Immunization of naïve mice with mouse laminin-1 affected pregnancy outcome in a mouse model

Shelly Tartakover Matalon, Miri Blank, Eiji Matsuura, Junko Inagaki, Motoyoshi Nomizu, Yair Levi, Takao Koike, Yaniv Shere, Asher Ornoy, Yehuda Shoenfeld

Research output: Contribution to journalArticlepeer-review

20 Citations (Scopus)


Problem: Laminins have important roles during placental and embryonic development. The aim of our study was to determine if active immunization of mice with laminin-1 could elicit an autoimmune response, and induce features of reproductive failure. Method of study: BALB/c mice were immunized with mouse laminin-1. Autoantibodies to laminin-1 were measured by enzyme-linked immunosorbent assay. Pregnant mice were killed on day 14 of pregnancy and examined for pregnancy outcome. Results: Mice immunized with laminin-1 developed elevated levels of anti-laminin-1 auto-antibodies contrary to the control group. A higher fetal resorption rate was found in the laminin-1 immunized group (23.8%) compared with that of the control group (12.2%), and was even higher in the subgroup of those animals with very high levels of anti-laminin-1 (P < 0.01). Laminin-1 immunized mice also had lower fetal and placental weights. Conclusions: Active immunization with laminin-1 followed by elevated circulating anti-laminin-1 antibodies results in reproductive failure manifested by a higher fetal resorption rate.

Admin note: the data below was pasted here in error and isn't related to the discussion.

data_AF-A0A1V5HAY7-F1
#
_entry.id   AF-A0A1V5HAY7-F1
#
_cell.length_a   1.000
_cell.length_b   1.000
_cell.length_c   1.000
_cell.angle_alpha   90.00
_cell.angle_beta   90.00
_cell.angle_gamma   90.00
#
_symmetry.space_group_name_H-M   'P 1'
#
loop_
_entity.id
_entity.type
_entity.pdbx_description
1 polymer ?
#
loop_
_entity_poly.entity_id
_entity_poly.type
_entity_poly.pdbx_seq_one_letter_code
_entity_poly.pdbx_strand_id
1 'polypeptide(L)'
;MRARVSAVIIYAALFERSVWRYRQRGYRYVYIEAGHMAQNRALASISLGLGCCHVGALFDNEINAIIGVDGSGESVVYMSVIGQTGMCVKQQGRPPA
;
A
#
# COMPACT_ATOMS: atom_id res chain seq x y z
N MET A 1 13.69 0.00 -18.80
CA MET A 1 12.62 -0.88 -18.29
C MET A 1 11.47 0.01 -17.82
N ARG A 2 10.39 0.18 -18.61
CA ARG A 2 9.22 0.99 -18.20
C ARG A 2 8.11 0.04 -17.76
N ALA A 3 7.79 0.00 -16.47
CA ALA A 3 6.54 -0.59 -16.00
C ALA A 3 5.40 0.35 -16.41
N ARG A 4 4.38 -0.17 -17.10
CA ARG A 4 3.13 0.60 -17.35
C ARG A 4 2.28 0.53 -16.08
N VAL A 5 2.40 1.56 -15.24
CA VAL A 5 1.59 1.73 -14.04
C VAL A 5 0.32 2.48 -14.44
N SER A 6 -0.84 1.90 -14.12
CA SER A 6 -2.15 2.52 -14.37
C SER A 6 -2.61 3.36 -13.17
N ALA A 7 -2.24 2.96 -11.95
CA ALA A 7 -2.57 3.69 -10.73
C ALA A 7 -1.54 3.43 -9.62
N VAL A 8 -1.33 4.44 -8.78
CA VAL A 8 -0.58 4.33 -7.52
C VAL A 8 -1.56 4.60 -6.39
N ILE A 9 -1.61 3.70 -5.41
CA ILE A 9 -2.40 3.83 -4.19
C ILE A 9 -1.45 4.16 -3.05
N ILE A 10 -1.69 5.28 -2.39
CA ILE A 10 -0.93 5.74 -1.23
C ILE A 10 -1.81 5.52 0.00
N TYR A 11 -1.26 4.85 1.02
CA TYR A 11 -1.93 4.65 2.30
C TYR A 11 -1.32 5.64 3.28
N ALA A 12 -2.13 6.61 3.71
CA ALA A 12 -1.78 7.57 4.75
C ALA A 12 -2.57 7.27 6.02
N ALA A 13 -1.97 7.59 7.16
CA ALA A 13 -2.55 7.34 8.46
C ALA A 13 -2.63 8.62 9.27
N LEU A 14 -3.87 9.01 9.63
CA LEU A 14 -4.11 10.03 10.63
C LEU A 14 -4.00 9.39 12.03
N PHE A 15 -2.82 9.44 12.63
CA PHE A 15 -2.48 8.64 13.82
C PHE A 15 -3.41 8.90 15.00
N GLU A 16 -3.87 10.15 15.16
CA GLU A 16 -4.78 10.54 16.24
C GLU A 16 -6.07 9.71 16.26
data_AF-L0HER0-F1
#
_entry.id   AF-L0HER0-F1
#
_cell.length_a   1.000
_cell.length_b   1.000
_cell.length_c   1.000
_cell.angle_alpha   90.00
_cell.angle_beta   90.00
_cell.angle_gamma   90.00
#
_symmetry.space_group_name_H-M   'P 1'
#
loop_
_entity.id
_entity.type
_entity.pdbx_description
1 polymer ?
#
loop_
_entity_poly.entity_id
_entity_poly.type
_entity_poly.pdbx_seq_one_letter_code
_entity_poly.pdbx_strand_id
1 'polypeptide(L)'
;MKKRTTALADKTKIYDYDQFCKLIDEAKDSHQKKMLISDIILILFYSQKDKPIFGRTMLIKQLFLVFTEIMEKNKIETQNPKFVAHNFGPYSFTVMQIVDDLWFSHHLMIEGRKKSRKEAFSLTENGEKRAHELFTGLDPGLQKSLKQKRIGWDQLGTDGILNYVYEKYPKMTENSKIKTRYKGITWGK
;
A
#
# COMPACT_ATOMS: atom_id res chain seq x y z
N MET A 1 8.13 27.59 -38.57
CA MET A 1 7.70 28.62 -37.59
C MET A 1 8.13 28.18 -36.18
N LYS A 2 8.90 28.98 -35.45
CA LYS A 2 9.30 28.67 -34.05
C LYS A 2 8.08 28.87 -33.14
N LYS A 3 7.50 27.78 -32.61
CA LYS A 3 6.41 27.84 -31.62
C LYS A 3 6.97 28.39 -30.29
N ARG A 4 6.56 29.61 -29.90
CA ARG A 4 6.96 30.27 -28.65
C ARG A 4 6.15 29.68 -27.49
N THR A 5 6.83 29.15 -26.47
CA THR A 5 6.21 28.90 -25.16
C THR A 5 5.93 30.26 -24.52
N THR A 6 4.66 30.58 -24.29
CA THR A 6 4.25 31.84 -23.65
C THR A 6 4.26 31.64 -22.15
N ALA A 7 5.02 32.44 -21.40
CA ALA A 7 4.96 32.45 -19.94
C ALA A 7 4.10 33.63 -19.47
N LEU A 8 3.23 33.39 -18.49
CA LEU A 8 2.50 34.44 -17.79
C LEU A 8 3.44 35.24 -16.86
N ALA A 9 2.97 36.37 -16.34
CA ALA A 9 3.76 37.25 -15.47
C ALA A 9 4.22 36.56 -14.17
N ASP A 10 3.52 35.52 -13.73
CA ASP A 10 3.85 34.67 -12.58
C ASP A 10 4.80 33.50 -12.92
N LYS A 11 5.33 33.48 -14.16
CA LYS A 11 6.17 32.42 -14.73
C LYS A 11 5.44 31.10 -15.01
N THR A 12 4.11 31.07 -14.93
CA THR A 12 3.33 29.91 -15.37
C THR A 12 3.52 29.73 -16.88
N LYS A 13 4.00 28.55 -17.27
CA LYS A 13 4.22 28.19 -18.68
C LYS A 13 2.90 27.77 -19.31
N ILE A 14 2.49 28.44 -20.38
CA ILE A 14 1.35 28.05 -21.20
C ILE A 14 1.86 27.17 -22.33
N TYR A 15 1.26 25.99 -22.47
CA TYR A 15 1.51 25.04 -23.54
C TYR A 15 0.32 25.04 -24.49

Original languageEnglish
Pages (from-to)159-165
Number of pages7
JournalAmerican Journal of Reproductive Immunology
Issue number2
Publication statusPublished - Aug 2 2003


  • Animal model
  • Anti-laminin antibodies
  • Autoantibodies
  • Autoimmunity
  • Fetal loss
  • Laminin

ASJC Scopus subject areas

  • Immunology and Allergy
  • Immunology
  • Reproductive Medicine
  • Obstetrics and Gynaecology


Dive into the research topics of 'Immunization of naïve mice with mouse laminin-1 affected pregnancy outcome in a mouse model'. Together they form a unique fingerprint.

Cite this